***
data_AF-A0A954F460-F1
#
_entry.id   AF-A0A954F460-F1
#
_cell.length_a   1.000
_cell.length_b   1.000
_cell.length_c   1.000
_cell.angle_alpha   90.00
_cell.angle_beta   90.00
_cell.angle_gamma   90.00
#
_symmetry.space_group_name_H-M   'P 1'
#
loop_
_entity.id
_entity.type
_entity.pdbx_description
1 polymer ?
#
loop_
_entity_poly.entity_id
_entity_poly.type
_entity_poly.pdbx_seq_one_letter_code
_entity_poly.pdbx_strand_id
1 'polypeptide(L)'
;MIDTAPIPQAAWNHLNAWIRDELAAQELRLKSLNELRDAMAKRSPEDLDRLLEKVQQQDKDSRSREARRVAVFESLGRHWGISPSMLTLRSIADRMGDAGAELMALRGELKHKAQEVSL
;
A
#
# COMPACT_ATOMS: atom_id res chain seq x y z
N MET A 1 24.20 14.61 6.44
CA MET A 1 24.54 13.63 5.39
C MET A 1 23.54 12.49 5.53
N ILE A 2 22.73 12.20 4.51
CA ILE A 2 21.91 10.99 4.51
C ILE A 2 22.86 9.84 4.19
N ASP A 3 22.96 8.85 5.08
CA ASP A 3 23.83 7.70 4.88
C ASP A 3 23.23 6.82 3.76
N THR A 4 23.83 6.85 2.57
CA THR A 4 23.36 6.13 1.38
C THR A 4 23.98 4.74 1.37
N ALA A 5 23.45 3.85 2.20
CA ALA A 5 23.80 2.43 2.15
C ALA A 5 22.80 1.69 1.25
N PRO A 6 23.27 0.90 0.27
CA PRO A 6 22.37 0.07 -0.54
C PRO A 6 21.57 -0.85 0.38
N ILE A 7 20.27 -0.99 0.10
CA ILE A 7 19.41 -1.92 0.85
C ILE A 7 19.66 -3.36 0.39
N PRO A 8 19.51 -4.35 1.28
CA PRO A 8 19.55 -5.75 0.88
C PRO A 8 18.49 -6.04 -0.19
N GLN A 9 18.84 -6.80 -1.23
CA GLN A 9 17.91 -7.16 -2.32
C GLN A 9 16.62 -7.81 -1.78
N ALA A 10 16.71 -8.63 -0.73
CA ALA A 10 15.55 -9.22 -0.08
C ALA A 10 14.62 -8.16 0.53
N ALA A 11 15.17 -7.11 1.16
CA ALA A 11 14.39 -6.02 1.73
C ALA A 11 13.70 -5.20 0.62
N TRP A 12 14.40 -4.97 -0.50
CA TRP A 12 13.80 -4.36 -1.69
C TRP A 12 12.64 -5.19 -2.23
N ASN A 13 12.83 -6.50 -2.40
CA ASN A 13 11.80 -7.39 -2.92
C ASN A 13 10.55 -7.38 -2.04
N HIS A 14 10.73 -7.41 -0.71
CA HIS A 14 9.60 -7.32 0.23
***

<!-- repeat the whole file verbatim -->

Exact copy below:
data_AF-A0A954F460-F1
#
_entry.id   AF-A0A954F460-F1
#
_cell.length_a   1.000
_cell.length_b   1.000
_cell.length_c   1.000
_cell.angle_alpha   90.00
_cell.angle_beta   90.00
_cell.angle_gamma   90.00
#
_symmetry.space_group_name_H-M   'P 1'
#
loop_
_entity.id
_entity.type
_entity.pdbx_description
1 polymer ?
#
loop_
_entity_poly.entity_id
_entity_poly.type
_entity_poly.pdbx_seq_one_letter_code
_entity_poly.pdbx_strand_id
1 'polypeptide(L)'
;MIDTAPIPQAAWNHLNAWIRDELAAQELRLKSLNELRDAMAKRSPEDLDRLLEKVQQQDKDSRSREARRVAVFESLGRHWGISPSMLTLRSIADRMGDAGAELMALRGELKHKAQEVSL
;
A
#
# COMPACT_ATOMS: atom_id res chain seq x y z
N MET A 1 24.20 14.61 6.44
CA MET A 1 24.54 13.63 5.39
C MET A 1 23.54 12.49 5.53
N ILE A 2 22.73 12.20 4.51
CA ILE A 2 21.91 10.99 4.51
C ILE A 2 22.86 9.84 4.19
N ASP A 3 22.96 8.85 5.08
CA ASP A 3 23.83 7.70 4.88
C ASP A 3 23.23 6.82 3.76
N THR A 4 23.83 6.85 2.57
CA THR A 4 23.36 6.13 1.38
C THR A 4 23.98 4.74 1.37
N ALA A 5 23.45 3.85 2.20
CA ALA A 5 23.80 2.43 2.15
C ALA A 5 22.80 1.69 1.25
N PRO A 6 23.27 0.90 0.27
CA PRO A 6 22.37 0.07 -0.54
C PRO A 6 21.57 -0.85 0.38
N ILE A 7 20.27 -0.99 0.10
CA ILE A 7 19.41 -1.92 0.85
C ILE A 7 19.66 -3.36 0.39
N PRO A 8 19.51 -4.35 1.28
CA PRO A 8 19.55 -5.75 0.88
C PRO A 8 18.49 -6.04 -0.19
N GLN A 9 18.84 -6.80 -1.23
CA GLN A 9 17.91 -7.16 -2.32
C GLN A 9 16.62 -7.81 -1.78
N ALA A 10 16.71 -8.63 -0.73
CA ALA A 10 15.55 -9.22 -0.08
C ALA A 10 14.62 -8.16 0.53
N ALA A 11 15.17 -7.11 1.16
CA ALA A 11 14.39 -6.02 1.73
C ALA A 11 13.70 -5.20 0.62
N TRP A 12 14.40 -4.97 -0.50
CA TRP A 12 13.80 -4.36 -1.69
C TRP A 12 12.64 -5.19 -2.23
N ASN A 13 12.83 -6.50 -2.40
CA ASN A 13 11.80 -7.39 -2.92
C ASN A 13 10.55 -7.38 -2.04
N HIS A 14 10.73 -7.41 -0.71
CA HIS A 14 9.60 -7.32 0.23